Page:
1. Bravo to you getting out for a walk! There are serious hills where you live, no joke. And I know you get out even when the weather isn’t great. That’s a good point about climbing up to a mountain peak when I live so low. My place is about 500′, but that’s low enough. Nothing like the days when you and I lived some place with elevation. It was fun to hike with Pedro, and a good motivation because he is in better shape than me and I didn’t want to embarrass myself by taking too many breaks. Next hike is tomorrow! I’m psyched. Also psyched because FINALLY we are at the end of our dry March. Holy Moly that was a long month. I was originally planning a dry January, but there were too many reasons to drink in January, ha ha ha!! But I have gone all March without a drop, and I can’t believe how hard it was. I do enjoy my whiskey and Pedro enjoys his beer, and damn if this wasn’t the longest month ever. I want to celebrate alcohol again with him, so I won’t have any tomorrow all day either, until after our hike in Forest Park. He’s going to bring beers for us, and we’ll each have one at the trailhead when we finish the loop. yay!

  4. I love everything about this. You did it, and your pose in the first photo from the top says it all. You’re a superwoman at 51. Except the mask – I can only imagine. When I used to hike, I needed all the air I could get. What a wonderful day you had. To many more.

    1. ❤ aww, thank you for the wishes for many more. Yup, I love the mountains so much I think it's why I keep doing this even when it's hard. That darn mask! I got rid of it. The ones Tara made for me at the very beginning are still my favourite masks: They fit perfectly and do not block my breathing even though they have multiple layers of fabric. It's the way they fit and don't collapse into my mouth when I inhale. Like every mask, I had a hard time a year ago, getting used to wearing them, but now I'm totally comfortable with them. But that is with regular breathing, not with mountain climbing! ha! The reason I bought the fancy masks was because I thought I might have to wear a mask while jogging one day. See, out here in the country, I do not wear a mask when I go for a run or for a walk, because I never come into contact with other humans. If I was ever to go for a run with Pedro at his house in the city, maybe I would need one. I still haven't worn a mask while jogging though. I think I would feel like I was about to suffocate and die. ha ha. Definitely can't use the fancy masks though. I'll go back to using the ones Tara made.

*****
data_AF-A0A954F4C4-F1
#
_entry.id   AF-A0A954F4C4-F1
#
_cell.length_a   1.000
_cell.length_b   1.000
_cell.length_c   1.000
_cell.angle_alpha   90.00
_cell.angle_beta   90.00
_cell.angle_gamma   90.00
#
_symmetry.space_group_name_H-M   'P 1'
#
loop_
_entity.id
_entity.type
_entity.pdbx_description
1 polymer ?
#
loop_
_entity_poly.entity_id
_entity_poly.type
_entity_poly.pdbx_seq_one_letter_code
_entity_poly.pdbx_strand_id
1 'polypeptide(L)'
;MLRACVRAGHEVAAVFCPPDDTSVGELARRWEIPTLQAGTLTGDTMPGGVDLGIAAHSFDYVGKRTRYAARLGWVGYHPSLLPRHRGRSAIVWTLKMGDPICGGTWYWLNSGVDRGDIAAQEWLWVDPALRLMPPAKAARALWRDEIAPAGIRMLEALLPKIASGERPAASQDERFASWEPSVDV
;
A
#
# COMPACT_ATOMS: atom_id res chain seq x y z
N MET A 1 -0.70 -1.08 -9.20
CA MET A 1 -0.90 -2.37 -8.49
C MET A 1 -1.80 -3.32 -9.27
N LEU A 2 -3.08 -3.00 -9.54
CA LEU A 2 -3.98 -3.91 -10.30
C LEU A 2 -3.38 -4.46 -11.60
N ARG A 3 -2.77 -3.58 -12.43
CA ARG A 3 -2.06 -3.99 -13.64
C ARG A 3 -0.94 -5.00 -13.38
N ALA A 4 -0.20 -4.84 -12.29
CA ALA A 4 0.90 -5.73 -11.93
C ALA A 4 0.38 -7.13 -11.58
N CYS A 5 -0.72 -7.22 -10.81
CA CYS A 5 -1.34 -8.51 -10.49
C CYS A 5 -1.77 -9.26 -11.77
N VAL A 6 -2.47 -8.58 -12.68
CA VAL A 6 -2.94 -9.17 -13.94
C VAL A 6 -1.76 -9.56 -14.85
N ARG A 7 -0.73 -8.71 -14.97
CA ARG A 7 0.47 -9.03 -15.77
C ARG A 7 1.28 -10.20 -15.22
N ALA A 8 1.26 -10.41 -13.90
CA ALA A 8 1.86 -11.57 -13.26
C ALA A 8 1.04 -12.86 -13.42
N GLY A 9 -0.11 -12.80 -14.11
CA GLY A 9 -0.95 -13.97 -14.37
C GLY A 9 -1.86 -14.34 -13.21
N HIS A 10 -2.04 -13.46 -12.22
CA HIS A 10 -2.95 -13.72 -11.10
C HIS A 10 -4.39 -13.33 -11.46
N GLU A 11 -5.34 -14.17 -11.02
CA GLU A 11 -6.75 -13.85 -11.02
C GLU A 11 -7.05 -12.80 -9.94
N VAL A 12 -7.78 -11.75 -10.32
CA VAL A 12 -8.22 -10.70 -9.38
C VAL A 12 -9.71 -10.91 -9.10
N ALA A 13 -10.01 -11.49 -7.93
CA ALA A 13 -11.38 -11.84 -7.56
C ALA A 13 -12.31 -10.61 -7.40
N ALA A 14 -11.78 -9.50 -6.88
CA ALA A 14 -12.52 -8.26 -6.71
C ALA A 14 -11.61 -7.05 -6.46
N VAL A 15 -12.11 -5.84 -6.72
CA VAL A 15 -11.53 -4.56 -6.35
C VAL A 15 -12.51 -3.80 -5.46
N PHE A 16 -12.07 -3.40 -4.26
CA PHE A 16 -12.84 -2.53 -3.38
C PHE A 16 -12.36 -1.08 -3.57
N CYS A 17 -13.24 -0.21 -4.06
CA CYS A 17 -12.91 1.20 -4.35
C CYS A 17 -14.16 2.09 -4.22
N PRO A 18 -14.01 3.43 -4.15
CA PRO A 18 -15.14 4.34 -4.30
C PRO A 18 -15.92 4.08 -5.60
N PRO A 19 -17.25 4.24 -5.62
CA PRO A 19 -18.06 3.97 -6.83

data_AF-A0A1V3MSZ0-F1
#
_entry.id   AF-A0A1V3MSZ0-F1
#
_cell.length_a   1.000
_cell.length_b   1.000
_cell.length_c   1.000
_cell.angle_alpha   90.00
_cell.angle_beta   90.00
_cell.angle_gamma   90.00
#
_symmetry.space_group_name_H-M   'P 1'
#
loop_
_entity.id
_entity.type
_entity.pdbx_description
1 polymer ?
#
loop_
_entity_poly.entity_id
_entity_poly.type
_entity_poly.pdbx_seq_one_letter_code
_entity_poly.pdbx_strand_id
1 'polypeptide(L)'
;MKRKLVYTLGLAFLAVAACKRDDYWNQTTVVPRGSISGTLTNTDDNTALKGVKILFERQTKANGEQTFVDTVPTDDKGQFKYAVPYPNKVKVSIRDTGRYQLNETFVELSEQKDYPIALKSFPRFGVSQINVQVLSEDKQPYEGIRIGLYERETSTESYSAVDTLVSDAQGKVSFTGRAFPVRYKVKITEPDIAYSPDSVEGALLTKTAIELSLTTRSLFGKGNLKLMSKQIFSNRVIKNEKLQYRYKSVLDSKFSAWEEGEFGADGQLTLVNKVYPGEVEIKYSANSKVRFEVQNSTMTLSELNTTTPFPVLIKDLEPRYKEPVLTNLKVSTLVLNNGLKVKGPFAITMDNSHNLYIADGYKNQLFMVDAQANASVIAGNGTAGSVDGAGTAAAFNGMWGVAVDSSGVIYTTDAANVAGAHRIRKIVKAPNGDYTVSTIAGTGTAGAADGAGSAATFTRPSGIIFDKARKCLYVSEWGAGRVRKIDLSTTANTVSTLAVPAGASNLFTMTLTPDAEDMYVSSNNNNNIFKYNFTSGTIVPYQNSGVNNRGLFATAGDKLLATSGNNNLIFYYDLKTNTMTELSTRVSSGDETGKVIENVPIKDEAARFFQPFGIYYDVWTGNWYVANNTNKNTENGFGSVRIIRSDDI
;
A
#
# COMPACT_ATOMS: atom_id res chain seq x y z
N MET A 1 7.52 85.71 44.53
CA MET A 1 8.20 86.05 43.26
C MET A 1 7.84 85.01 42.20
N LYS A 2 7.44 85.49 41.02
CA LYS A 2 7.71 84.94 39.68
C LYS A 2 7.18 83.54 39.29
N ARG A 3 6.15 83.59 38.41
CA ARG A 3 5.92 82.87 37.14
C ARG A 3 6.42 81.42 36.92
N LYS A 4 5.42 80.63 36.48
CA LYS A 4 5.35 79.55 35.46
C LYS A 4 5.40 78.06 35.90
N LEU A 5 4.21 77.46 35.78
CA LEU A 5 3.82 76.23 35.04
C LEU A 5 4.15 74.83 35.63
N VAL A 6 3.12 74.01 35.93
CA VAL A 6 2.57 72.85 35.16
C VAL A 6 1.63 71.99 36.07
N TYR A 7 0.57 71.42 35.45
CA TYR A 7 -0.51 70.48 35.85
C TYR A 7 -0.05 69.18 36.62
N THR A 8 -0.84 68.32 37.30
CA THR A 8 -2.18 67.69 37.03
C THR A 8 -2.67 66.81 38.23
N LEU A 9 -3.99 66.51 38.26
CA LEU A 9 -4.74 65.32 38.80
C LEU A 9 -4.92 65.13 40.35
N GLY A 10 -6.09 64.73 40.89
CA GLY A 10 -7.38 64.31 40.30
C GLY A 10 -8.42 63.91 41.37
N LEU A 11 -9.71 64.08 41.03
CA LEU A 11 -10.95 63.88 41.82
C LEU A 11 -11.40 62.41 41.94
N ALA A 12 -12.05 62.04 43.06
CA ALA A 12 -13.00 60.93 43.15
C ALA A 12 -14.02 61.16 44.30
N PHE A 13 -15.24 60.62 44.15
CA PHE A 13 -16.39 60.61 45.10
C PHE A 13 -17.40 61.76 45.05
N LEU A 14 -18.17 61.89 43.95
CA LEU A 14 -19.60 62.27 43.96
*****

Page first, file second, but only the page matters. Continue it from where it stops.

5. Well, it is always easy to say that “age is in your mind”, which in many ways I agree is, but like you, there are all sorts of mysterious (as they can be haphazard in their appearance and disappearance) and very real aches and pains that plague my 51 year old body despite my attempts to relegate them to a figment of my imagination. 🙂 How wonderful that we can be so active when so many people can’t.
    How wonderful for a first hike – it really does the soul good to be outdoors when the weather turns warm. And to have a fun hiking buddy is an added bonus. Happy hiking this season.

    1. Thank you Jolandi! We are lucky, both for our active bodies and our active minds. Funny how you describe your mysterious aches. I have those too – just weird pains here and there for no reason. So far, most of them will go away if I ignore them long enough, hhaha. Yes, bonus buddy! Pedro doesn’t have much hiking experience and is eager to get out any time I suggest it, so he will help me with motivation. I have invited him on a long backpacking trip with me this summer, which he has never done before. It will be so much fun to share that part of my life with him.

      1. I am so happy you and Pedro found one another. And to have a long backpacking trip to look forward to must be really exciting. Enjoy the planning and anticipation. So much of what I enjoy about travel is just that.